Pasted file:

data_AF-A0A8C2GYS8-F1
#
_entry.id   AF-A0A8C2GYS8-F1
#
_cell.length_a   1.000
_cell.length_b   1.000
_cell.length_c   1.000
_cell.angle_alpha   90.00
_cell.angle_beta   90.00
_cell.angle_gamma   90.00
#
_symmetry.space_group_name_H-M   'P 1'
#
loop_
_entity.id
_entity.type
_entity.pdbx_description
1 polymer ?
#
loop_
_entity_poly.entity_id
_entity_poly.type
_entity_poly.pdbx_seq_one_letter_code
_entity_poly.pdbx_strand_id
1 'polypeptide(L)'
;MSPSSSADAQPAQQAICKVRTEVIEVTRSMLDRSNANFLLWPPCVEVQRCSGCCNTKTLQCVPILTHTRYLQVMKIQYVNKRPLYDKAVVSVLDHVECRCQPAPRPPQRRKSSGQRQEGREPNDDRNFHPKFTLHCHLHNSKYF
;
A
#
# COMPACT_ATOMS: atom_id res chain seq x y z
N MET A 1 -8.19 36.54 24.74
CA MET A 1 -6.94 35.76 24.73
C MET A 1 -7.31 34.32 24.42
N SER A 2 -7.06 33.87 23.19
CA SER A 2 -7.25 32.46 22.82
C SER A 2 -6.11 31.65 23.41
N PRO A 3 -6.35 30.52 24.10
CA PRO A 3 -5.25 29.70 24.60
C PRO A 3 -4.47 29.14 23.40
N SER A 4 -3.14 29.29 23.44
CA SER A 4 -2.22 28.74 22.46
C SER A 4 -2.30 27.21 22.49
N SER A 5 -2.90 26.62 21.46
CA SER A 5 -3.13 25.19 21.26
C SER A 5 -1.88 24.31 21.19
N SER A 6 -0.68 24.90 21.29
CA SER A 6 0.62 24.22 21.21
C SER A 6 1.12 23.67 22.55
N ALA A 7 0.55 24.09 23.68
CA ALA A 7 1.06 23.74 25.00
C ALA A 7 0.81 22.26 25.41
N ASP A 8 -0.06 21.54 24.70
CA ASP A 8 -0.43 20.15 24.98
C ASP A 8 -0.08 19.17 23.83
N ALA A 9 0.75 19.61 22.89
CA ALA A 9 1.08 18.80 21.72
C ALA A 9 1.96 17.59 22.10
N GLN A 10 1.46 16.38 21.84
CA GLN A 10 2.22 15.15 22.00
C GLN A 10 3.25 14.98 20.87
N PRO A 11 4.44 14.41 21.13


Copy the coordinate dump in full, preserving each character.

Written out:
data_AF-A0A8C2GYS8-F1
#
_entry.id   AF-A0A8C2GYS8-F1
#
_cell.length_a   1.000
_cell.length_b   1.000
_cell.length_c   1.000
_cell.angle_alpha   90.00
_cell.angle_beta   90.00
_cell.angle_gamma   90.00
#
_symmetry.space_group_name_H-M   'P 1'
#
loop_
_entity.id
_entity.type
_entity.pdbx_description
1 polymer ?
#
loop_
_entity_poly.entity_id
_entity_poly.type
_entity_poly.pdbx_seq_one_letter_code
_entity_poly.pdbx_strand_id
1 'polypeptide(L)'
;MSPSSSADAQPAQQAICKVRTEVIEVTRSMLDRSNANFLLWPPCVEVQRCSGCCNTKTLQCVPILTHTRYLQVMKIQYVNKRPLYDKAVVSVLDHVECRCQPAPRPPQRRKSSGQRQEGREPNDDRNFHPKFTLHCHLHNSKYF
;
A
#
# COMPACT_ATOMS: atom_id res chain seq x y z
N MET A 1 -8.19 36.54 24.74
CA MET A 1 -6.94 35.76 24.73
C MET A 1 -7.31 34.32 24.42
N SER A 2 -7.06 33.87 23.19
CA SER A 2 -7.25 32.46 22.82
C SER A 2 -6.11 31.65 23.41
N PRO A 3 -6.35 30.52 24.10
CA PRO A 3 -5.25 29.70 24.60
C PRO A 3 -4.47 29.14 23.40
N SER A 4 -3.14 29.29 23.44
CA SER A 4 -2.22 28.74 22.46
C SER A 4 -2.30 27.21 22.49
N SER A 5 -2.90 26.62 21.46
CA SER A 5 -3.13 25.19 21.26
C SER A 5 -1.88 24.31 21.19
N SER A 6 -0.68 24.90 21.29
CA SER A 6 0.62 24.22 21.21
C SER A 6 1.12 23.67 22.55
N ALA A 7 0.55 24.09 23.68
CA ALA A 7 1.06 23.74 25.00
C ALA A 7 0.81 22.26 25.41
N ASP A 8 -0.06 21.54 24.70
CA ASP A 8 -0.43 20.15 24.98
C ASP A 8 -0.08 19.17 23.83
N ALA A 9 0.75 19.61 22.89
CA ALA A 9 1.08 18.80 21.72
C ALA A 9 1.96 17.59 22.10
N GLN A 10 1.46 16.38 21.84
CA GLN A 10 2.22 15.15 22.00
C GLN A 10 3.25 14.98 20.87
N PRO A 11 4.44 14.41 21.13